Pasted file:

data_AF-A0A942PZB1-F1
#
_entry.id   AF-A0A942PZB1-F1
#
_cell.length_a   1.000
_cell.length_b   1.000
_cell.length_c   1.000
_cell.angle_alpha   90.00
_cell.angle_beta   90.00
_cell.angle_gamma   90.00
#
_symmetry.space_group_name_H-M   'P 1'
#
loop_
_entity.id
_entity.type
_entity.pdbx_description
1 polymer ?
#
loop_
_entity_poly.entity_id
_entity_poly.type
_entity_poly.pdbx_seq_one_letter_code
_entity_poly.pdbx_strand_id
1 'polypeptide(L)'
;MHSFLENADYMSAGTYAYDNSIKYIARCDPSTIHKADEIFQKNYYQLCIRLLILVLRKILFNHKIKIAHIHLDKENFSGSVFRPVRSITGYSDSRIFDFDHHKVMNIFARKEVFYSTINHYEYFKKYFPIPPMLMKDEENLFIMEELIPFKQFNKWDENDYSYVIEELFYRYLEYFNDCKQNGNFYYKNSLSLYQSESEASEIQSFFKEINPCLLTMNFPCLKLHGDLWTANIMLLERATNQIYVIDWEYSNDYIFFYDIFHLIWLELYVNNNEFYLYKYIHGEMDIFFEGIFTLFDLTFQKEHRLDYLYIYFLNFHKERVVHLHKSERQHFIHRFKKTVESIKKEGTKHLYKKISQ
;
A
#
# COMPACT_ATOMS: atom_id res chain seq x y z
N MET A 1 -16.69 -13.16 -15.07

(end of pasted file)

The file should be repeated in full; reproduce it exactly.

data_AF-A0A942PZB1-F1
#
_entry.id   AF-A0A942PZB1-F1
#
_cell.length_a   1.000
_cell.length_b   1.000
_cell.length_c   1.000
_cell.angle_alpha   90.00
_cell.angle_beta   90.00
_cell.angle_gamma   90.00
#
_symmetry.space_group_name_H-M   'P 1'
#
loop_
_entity.id
_entity.type
_entity.pdbx_description
1 polymer ?
#
loop_
_entity_poly.entity_id
_entity_poly.type
_entity_poly.pdbx_seq_one_letter_code
_entity_poly.pdbx_strand_id
1 'polypeptide(L)'
;MHSFLENADYMSAGTYAYDNSIKYIARCDPSTIHKADEIFQKNYYQLCIRLLILVLRKILFNHKIKIAHIHLDKENFSGSVFRPVRSITGYSDSRIFDFDHHKVMNIFARKEVFYSTINHYEYFKKYFPIPPMLMKDEENLFIMEELIPFKQFNKWDENDYSYVIEELFYRYLEYFNDCKQNGNFYYKNSLSLYQSESEASEIQSFFKEINPCLLTMNFPCLKLHGDLWTANIMLLERATNQIYVIDWEYSNDYIFFYDIFHLIWLELYVNNNEFYLYKYIHGEMDIFFEGIFTLFDLTFQKEHRLDYLYIYFLNFHKERVVHLHKSERQHFIHRFKKTVESIKKEGTKHLYKKISQ
;
A
#
# COMPACT_ATOMS: atom_id res chain seq x y z
N MET A 1 -16.69 -13.16 -15.07